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 Children  Zambia Project #12438

Lifesaving AidPods for 65,000 African children

by ColaLife
Lifesaving AidPods for 65,000 African children
Lifesaving AidPods for 65,000 African children
Lifesaving AidPods for 65,000 African children
Lifesaving AidPods for 65,000 African children
Lifesaving AidPods for 65,000 African children
Lifesaving AidPods for 65,000 African children
Lifesaving AidPods for 65,000 African children
Lifesaving AidPods for 65,000 African children
Lifesaving AidPods for 65,000 African children
Lifesaving AidPods for 65,000 African children
Lifesaving AidPods for 65,000 African children
Lifesaving AidPods for 65,000 African children
Lifesaving AidPods for 65,000 African children
Lifesaving AidPods for 65,000 African children
Lifesaving AidPods for 65,000 African children
Lifesaving AidPods for 65,000 African children
Lifesaving AidPods for 65,000 African children
Lifesaving AidPods for 65,000 African children
Lifesaving AidPods for 65,000 African children
Lifesaving AidPods for 65,000 African children
Healthworker Gladys Imasiku talks to Simon Berry
Healthworker Gladys Imasiku talks to Simon Berry

Gladys is a rural health worker in a remote part of rural Kalomo, where ColaLife is trialling the sale of Kit Yamoyo – our new anti-diarrhea Kit, specially designed for African mothers to use at home for their children under five.  We know from our recent research, that diarrhea is a persistent issue for young children here; leading to malnutrition, stunting, poor intellectual development and even death. 

Five months into our first trial – and with over 15,000 Kit Yamoyos already purchased by small rural retailers - we visited Gladys at Kalonda Health Centre to see what she thought about Kit Yamoyo being sold in shops in her area.  

Anxious to hear the views of people on the ground, we spoke to retailers, local health workers and mothers. No product will succeed if it misses the mark in some way. What do Health Centre staff feel about Kit Yamoyo? Do they see selling in shops as competition for their services?  What do mothers say about Kit Yamoyo?  Are they seeing any change – and is it for the better?  

We will know the answers to these questions fully in just a few weeks' time: our local research team go into the field at the end of March, to conduct a Midline Study, under the watchful eyes of our Canadian doctoral candidate Rohit Ramchandani from Johns Hopkins University, UNICEF and the Zambian Ministry of Health.  But we want to know what people like Gladys think right now.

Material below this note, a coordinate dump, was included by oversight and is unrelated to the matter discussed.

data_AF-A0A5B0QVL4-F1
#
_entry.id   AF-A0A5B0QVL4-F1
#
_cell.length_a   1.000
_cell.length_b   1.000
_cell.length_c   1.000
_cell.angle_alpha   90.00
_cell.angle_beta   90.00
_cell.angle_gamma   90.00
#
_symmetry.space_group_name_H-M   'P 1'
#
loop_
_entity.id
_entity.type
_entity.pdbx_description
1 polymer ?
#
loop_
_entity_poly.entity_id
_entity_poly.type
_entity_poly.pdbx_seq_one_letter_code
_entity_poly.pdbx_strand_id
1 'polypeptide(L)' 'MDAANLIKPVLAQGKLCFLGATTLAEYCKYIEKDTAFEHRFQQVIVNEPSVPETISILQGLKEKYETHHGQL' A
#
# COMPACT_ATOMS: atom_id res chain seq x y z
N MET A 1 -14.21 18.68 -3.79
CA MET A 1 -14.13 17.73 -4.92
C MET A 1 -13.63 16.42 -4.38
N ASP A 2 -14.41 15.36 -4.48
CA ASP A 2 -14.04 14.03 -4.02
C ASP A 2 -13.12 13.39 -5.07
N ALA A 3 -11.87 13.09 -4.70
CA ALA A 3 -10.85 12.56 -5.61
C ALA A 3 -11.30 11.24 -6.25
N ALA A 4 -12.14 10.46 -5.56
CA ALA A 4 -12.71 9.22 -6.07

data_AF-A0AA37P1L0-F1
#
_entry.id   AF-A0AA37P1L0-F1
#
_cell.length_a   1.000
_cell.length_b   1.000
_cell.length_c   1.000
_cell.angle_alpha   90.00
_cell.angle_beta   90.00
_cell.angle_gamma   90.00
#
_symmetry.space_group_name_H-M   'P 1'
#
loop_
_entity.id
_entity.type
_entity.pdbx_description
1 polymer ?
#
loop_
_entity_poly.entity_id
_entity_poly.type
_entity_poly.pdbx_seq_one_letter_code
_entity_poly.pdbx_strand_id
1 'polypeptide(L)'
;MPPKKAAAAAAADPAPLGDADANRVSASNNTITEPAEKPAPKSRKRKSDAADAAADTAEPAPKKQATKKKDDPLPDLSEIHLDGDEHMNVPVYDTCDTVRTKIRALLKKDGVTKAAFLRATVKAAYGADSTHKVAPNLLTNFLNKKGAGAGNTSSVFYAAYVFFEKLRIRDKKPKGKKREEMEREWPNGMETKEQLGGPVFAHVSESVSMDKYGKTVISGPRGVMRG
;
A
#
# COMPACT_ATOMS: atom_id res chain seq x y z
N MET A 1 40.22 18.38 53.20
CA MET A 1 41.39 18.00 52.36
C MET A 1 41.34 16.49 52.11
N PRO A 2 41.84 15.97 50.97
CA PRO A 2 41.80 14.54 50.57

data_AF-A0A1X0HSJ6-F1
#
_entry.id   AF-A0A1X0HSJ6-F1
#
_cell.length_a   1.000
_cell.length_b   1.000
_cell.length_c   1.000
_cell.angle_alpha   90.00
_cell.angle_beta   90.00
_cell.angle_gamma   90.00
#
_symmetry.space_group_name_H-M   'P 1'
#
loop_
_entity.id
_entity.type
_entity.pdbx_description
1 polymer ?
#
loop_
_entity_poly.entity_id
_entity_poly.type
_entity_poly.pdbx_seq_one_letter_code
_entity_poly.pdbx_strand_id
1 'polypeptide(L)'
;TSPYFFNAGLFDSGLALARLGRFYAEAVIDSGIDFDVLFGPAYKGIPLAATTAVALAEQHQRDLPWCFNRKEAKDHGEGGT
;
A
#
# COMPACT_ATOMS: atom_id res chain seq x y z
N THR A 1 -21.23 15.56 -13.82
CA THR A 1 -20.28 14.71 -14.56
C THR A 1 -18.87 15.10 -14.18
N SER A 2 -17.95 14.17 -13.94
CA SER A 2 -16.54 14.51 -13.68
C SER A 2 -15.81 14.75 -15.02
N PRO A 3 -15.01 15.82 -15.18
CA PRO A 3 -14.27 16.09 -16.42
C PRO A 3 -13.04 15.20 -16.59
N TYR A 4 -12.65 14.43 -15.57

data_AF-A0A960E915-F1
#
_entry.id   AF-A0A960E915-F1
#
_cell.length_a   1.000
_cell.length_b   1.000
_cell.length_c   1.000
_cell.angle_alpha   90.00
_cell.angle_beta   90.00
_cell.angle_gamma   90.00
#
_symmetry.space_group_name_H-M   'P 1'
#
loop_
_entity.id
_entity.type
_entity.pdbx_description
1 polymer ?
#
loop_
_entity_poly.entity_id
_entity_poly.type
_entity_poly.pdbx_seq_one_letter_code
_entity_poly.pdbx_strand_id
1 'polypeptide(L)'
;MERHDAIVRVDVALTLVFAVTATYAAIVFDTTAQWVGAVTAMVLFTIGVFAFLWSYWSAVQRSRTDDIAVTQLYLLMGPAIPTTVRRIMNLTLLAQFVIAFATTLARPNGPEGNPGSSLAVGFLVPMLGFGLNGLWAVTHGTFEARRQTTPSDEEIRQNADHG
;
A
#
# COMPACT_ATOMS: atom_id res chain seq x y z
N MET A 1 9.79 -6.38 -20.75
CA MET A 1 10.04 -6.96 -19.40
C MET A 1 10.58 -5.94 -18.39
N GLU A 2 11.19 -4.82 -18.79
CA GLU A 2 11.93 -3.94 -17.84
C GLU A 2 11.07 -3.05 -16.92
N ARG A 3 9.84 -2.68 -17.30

Her story is hugely encouraging
“Before the Kit came in we used to have a lot of diarrhea cases. Sometimes, even if we gave them ORS [Oral Rehydration Salts] they would come back again, to be re-attended to, on the same case. Since Kit Yamoyo came, there is a very big change. Once we refer the patient to the shop there, she will go and buy and then she will be gone for good. She won’t come back with the same case again.”

So, why does Gladys think that is? “It’s a very good project. It has improved the health of the people… The Kit itself, combined with the Zinc, is doing a good thing for the community…We don’t have Zinc, so they used to come back again. There is a great change”.

Simple childhood diarrhea is a killer; yet a cheap supplement like Zinc, taken with ORS, can clear it up for months, giving a child's immune system a breathing space. Constant visits to the Health Centre sap the resources of poor mothers and of over-stretched and poorly stocked health centres in rural areas; so Gladys, for one, is very happy to see mothers and children in her community benefitting.

And we are supporting livelihoods too: Gladys’s son Lubinda, is, coincidentally, one of the retailers selling Kit Yamoyo. He only joined the project in December, but has already bought 140 Kits, in three trips to the Coca-Cola wholesaler in Kalomo town; he has sold 112 of them already. He bought one box of 35 Kits just before Christmas, and another in January. But on his February trip, he doubled his purchase to 2 boxes: 70 Kits.